San Antonio teams up to bridge digital and economic divide

After dozens of local leaders donated time and ideas to launch ConnectHome and bring high-speed Internet to low-income families, San Antonio Mayor Ivy Taylor laid out the long odds and the tall challenge ahead.

A child born in a poor census tract today "has less than a 1-in-20 chance of escaping poverty," Taylor told the group.

Among San Antonio's poorest residents, fewer than half have high-speed Internet at home, meaning children can't access instructional videos to do their homework or apply for college, adults can't connect with jobs, education and training, and those with limited mobility can't access life-prolonging resources and cultural and social activities.

"The internet is not a luxury, it's a necessity," President Barack Obama said in July when he and Housing and Urban Development Secretary Julián Castro announced ConnectHome, a demonstration project to bring high-speed home Internet to public housing families in 28 cities including San Antonio. (see NOWCastSA's earlier article and video on ConnectHome here. )

A report issued by HUD paints a graphic picture of the digital divide in San Antonio:

Digital Divide in San Antonio

The San Antonio Housing Authority is leading the local effort, joined by partners Google Fiber of San Antonio, the San Antonio Public Library, the Boys & Girls Clubs, KLRN/PBS, the 80/20 Foundation and Best Buy. No federal money is allocated for the initiative. In San Antonio, the 80/20 Foundation has pledged $100,000 to teach digital media literacy, Google Fiber will provide free Internet to 6,000 families in public housing.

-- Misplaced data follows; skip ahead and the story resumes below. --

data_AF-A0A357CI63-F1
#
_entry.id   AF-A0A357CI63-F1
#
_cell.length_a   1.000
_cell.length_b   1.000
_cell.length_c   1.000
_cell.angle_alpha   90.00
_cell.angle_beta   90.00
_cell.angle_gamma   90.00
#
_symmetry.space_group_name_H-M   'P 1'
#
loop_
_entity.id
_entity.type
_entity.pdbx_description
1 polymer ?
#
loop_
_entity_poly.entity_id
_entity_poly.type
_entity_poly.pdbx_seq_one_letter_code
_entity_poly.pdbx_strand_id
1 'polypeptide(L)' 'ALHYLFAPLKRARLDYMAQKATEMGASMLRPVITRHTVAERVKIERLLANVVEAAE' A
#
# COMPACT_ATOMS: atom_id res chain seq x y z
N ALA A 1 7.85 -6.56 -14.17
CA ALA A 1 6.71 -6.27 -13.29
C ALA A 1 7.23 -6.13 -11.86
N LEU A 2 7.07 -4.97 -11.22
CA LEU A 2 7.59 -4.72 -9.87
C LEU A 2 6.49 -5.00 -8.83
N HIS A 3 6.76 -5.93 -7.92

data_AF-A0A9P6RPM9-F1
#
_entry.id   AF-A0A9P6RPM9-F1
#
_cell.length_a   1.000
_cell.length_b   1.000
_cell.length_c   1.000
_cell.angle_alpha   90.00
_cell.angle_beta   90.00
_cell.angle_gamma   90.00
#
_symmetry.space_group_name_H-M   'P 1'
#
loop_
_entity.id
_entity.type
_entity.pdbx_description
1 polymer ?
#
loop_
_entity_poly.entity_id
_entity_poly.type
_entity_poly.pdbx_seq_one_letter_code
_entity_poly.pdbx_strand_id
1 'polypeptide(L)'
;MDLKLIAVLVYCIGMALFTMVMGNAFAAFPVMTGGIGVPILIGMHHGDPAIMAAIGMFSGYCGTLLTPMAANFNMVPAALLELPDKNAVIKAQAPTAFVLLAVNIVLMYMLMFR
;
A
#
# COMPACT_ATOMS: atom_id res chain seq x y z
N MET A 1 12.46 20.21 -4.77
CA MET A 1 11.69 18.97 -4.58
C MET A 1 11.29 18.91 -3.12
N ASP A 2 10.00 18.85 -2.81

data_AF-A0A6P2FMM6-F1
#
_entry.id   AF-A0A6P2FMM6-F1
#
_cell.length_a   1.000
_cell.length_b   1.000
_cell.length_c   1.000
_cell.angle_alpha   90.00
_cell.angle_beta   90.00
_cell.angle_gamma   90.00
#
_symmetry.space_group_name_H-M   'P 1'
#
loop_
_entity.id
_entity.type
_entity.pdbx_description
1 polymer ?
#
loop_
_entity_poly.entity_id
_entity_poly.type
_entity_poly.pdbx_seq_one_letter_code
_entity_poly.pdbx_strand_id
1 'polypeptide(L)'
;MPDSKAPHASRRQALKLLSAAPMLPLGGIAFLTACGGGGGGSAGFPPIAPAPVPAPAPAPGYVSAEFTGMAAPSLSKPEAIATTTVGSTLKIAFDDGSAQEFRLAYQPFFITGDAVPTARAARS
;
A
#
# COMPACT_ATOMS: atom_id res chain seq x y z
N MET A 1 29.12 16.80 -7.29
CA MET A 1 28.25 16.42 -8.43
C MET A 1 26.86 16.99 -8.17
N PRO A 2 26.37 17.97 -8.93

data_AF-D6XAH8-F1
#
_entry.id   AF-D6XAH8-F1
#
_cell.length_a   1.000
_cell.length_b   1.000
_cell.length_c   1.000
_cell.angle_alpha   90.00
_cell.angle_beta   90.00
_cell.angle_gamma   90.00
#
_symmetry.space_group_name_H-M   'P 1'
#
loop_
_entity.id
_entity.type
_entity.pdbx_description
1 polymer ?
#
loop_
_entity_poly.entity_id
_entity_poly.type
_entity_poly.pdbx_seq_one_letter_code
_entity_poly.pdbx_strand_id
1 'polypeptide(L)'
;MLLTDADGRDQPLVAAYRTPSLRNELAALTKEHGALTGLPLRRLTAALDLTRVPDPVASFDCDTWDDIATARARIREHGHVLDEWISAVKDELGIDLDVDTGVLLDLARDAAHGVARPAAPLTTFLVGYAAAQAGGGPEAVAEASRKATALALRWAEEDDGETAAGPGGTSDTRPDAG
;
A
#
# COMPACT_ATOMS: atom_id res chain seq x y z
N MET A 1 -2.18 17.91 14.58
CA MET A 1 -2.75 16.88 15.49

The convening on ConnectHome and Digital Inclusion at SAHA headquarters on Oct. 30 included representatives of those agencies along with: Mayor Taylor's staff; the Alamo Colleges; Alamo Area Council of Governments; BiblioTech; Ci:Now; Each One Teach One; Ethnos Missions Center; Family Service Association; the Federal Reserve Bank of Dallas; Goodwill of San Antonio; NOWCastSA; Project Quest; SA2020; San Antonio Youth Literacy; the United Way of San Antonio and Bexar County; Eastside Promise Neighborhood; Urban Strategies; Verizon Wireless and VIA Metropolitan Transit.HUD Administrator Tammye Treviño

HUD Regional Administrator Tammye H. Treviño told the group her boss, former San Antonio Mayor Castro, draws a direct line between broadband access and children's educational opportunity. Castro has said ConnectHome could increase high school graduation rates by up to 8 percent among low-income children.


In San Antonio, the need is great, said Google Fiber's Clarissa Ramon. She cited U.S. Census and Pew Clarissa Ramon of Google FiberResearch data showing 39 percent of San Antonio residents do not have fast broadband and 24 percent "don't have an Internet connection at all." (see more data resources here)

It's time for that to change, said Leilah Powell, the mayor's Policy Chief. "San Antonio long ago said people need running water, sidewalks and streets," she said. "Now it's the Internet. If you don't have high-speed broadband, you will be left behind." 

(See NOWCastSA's article about Google Fiber and Mayor Taylor's pledge about Digital Inclusion here.)

Powell kicked off the brainstorming session by challenging the group to come up with scalable ideas that will work for "100 people here, 1,000 people there and 10,000 people over here."

Participants were asked to explore three areas of digital inclusion: get Internet into homes, get devices - computers and tablets - into people's hands, and to explore digital literacy, or ways to educate people on how to use the devices and the Internet.